AbstractTwo state-of-the-art Earth System Models (ESMs) were used in an idealized experiment to explore the role of mountains in shaping Earth’s climate system. Similar to previous studies, removing mountains from both ESMs results in the winds becoming more zonal, and weaker Indian and Asian monsoon circulations. However, there are also broad changes to the Walker circulation and the El Niño Southern Oscillation (ENSO). Without orography, convection moves across the entire equatorial Indo-Pacific basin on interannual timescales. The ENSO has a stronger amplitude, lower frequency and increased regularity. A wider equatorial wind zone and changes to equatorial wind stress curl result in a colder cold tongue and a steeper equatorial thermocline across the Pacific basin during La Niña years. Anomalies associated with ENSO warm events are larger without mountains, and have greater impact on the mean tropical climate than when mountains are present. Without mountains the centennial-mean Pacific Walker circulation weakens in both models by ~45%, but the strength of the mean Hadley circulation changes by <2%. Changes in the Walker circulation in these experiments can be explained by the large spatial excursions of atmospheric deep convection on interannual timescales. These results suggest that mountains are an important control on the large-scale tropical circulation, impacting ENSO dynamics and the Walker circulation, but have little impact on the strength of the Hadley circulation.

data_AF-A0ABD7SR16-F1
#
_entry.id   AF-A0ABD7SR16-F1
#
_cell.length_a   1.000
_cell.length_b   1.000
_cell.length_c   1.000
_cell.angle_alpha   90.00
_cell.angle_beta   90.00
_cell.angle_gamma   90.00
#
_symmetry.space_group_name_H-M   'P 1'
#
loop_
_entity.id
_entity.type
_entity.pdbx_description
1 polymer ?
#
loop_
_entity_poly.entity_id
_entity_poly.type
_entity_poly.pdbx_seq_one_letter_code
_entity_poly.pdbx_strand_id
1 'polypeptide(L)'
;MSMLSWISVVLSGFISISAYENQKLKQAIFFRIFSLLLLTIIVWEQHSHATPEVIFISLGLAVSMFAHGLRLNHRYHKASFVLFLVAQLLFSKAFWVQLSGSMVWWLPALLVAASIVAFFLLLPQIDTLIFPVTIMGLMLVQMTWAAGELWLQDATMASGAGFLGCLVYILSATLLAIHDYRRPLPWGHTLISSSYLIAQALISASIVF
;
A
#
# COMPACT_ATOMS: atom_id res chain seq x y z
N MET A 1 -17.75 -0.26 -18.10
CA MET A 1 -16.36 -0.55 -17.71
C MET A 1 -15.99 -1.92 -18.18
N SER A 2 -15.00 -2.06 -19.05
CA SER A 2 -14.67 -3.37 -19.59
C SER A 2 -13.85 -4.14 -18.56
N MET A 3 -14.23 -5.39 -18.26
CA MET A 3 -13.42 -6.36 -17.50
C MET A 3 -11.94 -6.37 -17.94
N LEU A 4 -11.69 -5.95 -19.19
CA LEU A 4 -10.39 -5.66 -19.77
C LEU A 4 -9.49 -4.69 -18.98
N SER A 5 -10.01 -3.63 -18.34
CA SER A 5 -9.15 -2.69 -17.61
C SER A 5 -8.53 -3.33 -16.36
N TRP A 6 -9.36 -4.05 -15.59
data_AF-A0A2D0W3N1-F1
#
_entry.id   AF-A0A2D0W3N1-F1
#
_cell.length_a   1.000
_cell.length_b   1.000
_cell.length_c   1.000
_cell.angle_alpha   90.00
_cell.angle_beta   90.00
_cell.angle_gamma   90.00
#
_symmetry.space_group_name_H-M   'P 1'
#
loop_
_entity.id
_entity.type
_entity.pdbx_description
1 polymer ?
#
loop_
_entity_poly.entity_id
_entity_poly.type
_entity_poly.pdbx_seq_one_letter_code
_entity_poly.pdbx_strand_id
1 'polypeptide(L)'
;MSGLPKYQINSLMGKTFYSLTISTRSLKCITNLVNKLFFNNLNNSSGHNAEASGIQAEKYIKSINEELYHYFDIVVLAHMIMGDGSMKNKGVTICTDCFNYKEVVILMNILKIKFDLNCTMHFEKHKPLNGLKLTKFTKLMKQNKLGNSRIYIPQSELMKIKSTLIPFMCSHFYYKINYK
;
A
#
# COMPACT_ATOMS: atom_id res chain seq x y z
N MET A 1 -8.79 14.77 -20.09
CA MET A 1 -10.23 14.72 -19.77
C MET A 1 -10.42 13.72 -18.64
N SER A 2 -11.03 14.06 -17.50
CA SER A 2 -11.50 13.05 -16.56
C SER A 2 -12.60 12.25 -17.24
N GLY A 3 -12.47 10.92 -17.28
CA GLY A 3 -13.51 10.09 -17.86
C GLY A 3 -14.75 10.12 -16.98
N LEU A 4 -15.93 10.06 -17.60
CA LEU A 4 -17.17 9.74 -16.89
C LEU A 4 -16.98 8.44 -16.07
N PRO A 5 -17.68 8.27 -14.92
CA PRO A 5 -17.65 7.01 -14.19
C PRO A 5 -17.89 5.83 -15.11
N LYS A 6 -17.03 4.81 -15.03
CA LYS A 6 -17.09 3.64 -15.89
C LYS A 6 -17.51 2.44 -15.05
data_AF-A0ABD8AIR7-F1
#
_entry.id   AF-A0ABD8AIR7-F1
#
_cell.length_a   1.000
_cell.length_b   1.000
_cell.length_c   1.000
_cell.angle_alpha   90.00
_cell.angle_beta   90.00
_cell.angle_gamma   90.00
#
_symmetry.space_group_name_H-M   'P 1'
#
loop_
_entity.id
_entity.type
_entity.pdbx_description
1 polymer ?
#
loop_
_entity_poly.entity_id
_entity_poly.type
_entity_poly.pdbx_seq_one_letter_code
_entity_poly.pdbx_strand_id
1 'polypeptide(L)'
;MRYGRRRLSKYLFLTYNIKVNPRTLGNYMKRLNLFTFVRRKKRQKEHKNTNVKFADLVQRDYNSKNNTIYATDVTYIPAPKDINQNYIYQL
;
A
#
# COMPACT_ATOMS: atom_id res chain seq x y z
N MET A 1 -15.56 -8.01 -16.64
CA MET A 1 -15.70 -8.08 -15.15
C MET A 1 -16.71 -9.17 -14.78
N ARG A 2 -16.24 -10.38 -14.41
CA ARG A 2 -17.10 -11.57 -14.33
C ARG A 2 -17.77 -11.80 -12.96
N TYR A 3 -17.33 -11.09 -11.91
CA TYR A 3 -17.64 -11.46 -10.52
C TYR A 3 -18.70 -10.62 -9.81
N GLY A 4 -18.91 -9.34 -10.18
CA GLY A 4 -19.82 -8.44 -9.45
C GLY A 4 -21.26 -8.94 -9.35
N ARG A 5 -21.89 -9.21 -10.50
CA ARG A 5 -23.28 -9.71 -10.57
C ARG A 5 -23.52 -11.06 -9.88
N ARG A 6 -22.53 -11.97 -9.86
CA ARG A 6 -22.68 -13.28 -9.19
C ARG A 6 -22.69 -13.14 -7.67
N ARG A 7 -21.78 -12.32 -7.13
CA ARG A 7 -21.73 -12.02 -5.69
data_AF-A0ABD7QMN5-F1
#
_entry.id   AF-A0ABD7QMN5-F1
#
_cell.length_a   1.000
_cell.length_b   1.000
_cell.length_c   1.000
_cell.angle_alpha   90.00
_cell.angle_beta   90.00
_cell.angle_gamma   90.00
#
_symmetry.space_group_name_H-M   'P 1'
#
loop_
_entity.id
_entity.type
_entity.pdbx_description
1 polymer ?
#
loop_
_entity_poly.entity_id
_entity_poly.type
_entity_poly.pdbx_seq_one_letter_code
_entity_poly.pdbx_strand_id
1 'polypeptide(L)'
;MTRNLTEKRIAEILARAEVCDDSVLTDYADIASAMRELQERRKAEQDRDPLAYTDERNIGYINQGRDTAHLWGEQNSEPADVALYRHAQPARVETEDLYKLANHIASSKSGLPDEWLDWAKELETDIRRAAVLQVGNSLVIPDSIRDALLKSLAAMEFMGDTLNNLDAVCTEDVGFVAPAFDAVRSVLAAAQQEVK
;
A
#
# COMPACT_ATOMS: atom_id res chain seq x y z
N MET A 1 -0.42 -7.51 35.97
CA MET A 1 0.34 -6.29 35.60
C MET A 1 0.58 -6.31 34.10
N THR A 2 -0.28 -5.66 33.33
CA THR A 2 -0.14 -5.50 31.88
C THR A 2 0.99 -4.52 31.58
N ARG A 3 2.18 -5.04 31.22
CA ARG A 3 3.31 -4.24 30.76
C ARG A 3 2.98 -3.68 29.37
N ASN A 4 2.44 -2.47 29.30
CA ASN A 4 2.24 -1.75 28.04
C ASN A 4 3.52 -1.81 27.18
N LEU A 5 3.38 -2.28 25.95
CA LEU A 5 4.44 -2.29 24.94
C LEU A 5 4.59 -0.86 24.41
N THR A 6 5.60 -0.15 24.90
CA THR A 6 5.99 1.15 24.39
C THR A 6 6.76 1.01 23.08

Journal of Climate – American Meteorological Society
Published: Feb 21, 2017
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